SD City Council votes down short-term rental 'ban'

After nearly five hours of public testimony Nov. 1, San Diego City Council rejected President Sherri Lightner and Councilmember Lori Zapf’s proposed action to clarify that short-term vacation rentals are not allowed in single-family neighborhoods. While Lightner described the changes to the municipal code as minor edits, fellow councilmembers and members of the public felt the new language was effectively a “blanket ban” as short-term rentals would be prohibited in over 86 percent of the city.

“I don’t think this is the right path to take on this critical issue,” said Councilmember Chris Cate, who has drafted an ordinance he hopes City Council will consider in the future that allows for short-term housing and creates a “pathway for enforcement, certainty for the sharing economy and protections for residents.”

After the council voted down Lightner and Zaph’s proposal 7-2, Councilmember Todd Gloria proposed an alternative motion, requesting that the mayor’s office develop a budget for enhanced code enforcement and request that staff bring forward a framework for a comprehensive ordinance to allow for and regulate short-term rentals and home-sharing. The motion passed 7-2.

“We’re appreciative of the hundreds of San Diego residents who testified at council today and helped make the case that short-term rentals are, in fact, visitor accommodations, which are not permitted in single-family neighborhoods in the City of San Diego,” stated Lightner. “While we await a draft proposal from city staff to regulate short-term rentals, we urge the city to begin enforcing our existing municipal code zoning regulations now to bring relief to the thousands of residents who face nightly negative impacts from commercial hotel operations in their single-family neighborhoods.”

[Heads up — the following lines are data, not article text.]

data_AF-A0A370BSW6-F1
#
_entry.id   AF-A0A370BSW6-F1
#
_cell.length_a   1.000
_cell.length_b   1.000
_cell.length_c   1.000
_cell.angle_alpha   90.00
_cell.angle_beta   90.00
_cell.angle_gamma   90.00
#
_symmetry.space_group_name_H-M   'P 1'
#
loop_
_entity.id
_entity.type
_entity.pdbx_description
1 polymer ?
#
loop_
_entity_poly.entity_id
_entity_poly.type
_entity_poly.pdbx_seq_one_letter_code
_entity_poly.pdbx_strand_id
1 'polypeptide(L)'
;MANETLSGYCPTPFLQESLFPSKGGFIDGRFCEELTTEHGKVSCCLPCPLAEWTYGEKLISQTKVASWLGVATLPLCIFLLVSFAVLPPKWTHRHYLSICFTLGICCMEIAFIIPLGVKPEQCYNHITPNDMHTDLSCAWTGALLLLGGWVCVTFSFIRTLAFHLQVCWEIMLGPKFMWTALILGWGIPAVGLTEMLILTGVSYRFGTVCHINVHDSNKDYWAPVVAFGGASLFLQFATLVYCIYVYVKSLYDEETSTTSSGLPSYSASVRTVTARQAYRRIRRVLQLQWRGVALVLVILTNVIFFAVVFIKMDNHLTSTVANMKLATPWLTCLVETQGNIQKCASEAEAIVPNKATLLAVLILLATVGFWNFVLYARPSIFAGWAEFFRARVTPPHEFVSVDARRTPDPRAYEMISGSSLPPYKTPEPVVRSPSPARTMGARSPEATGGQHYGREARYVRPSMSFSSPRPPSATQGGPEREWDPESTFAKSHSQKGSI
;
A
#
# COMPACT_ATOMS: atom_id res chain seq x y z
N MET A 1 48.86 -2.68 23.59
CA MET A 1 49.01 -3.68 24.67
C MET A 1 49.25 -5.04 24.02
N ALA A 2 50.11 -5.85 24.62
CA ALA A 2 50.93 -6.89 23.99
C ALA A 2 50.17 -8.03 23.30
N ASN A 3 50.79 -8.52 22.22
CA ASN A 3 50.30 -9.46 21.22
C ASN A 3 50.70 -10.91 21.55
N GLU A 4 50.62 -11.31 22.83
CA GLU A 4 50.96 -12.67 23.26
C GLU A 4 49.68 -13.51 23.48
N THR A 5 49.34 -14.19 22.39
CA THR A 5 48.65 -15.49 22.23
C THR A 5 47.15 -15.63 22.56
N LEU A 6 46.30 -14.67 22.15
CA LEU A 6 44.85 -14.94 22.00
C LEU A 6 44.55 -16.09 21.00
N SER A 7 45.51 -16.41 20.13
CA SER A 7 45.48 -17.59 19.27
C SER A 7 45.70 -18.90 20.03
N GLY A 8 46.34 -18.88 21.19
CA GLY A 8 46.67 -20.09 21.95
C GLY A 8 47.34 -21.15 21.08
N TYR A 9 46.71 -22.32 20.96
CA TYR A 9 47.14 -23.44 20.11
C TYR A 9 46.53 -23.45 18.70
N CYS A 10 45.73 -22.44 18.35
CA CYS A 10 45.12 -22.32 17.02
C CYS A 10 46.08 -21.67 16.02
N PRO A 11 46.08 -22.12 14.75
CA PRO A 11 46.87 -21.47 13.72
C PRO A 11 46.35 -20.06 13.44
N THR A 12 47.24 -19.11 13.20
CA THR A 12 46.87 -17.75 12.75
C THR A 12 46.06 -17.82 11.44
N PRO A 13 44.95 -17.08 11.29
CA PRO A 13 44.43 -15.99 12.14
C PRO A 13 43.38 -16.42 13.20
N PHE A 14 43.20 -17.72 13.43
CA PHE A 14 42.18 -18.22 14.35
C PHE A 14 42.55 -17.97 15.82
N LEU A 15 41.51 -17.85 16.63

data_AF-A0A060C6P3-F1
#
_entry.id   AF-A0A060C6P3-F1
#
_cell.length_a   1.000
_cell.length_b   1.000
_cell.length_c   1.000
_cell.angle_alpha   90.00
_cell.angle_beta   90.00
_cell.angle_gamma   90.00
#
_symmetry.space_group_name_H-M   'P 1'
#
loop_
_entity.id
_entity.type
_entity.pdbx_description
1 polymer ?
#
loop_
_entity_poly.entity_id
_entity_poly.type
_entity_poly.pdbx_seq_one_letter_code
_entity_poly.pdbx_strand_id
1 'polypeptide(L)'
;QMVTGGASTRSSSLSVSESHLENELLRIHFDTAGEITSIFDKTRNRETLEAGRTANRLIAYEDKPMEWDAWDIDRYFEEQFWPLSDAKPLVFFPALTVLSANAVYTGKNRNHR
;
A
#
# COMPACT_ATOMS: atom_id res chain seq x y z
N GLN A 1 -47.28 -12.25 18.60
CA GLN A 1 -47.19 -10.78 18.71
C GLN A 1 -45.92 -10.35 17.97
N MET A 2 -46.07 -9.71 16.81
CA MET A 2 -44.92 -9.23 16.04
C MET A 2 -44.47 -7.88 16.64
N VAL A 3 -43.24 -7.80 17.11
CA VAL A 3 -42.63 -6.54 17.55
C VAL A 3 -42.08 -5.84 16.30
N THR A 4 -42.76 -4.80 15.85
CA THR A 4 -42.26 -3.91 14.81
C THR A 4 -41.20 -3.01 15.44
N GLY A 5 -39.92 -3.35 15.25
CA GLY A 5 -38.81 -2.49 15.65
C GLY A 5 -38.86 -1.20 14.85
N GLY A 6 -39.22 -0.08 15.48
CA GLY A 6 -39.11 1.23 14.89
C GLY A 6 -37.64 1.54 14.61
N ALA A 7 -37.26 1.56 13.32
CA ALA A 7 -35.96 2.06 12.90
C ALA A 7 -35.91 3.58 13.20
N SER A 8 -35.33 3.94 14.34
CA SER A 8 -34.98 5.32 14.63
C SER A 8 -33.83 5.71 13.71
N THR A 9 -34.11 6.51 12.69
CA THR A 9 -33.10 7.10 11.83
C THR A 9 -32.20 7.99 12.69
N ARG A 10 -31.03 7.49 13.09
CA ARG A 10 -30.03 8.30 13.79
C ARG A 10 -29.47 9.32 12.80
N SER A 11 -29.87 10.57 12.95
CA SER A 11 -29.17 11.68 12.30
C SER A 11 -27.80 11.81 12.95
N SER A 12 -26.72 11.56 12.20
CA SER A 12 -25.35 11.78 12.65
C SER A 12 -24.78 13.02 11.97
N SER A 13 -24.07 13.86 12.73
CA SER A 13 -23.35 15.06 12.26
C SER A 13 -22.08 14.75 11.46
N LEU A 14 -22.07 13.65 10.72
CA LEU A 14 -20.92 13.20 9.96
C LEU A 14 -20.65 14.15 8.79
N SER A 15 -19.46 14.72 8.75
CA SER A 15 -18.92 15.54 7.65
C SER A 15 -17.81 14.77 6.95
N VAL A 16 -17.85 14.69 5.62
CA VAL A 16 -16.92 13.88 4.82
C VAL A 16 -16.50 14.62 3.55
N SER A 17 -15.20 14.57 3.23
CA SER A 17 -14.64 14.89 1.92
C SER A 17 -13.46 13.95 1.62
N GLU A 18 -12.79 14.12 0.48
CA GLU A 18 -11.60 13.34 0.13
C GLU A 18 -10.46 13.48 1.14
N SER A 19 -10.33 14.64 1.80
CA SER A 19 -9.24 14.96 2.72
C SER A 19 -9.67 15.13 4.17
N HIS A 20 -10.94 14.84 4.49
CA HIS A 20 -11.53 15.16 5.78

It is a problem, Lightner said, when the three-to-five-bedroom home next-door boasts online of sleeping 25 and disrupts the neighborhood with new visitors checking in every few days.

At the special meeting, hosts of short-term vacation rentals (STVRs) and short-term rentals (STRs) said that there was no question there was a need for sensible regulations but they didn’t agree to what they saw as an outright ban. Belinda Smith, representing the Short Term Rental Alliance of San Diego, which includes 550 members, mostly Airbnb hosts, said that it’s about more than just vacation lodgings, people need STRs when they are looking for a job, in town to receive healthcare or to assist with a family birth or death. Hosts also contribute an estimated $12 million in Transient Occupancy Tax, she said.

Many hosts said they rely on the extra income they get from home sharing to continue living in San Diego. They shared stories about how they rent rooms for two to three days in their homes to help pay their mortgage after unexpected circumstances such as losing their jobs, divorce and the sudden death of a spouse.

Many hosts said they vet their guests, don’t allow parties and have a zero-tolerance policy. As the proposed regulation states that guests have to stay a minimum of seven days, many said it would result in a “de-facto ban” on home sharing as it eliminates 90 percent of the activity that occurs in the marketplace as most guests stay an average of two to three nights.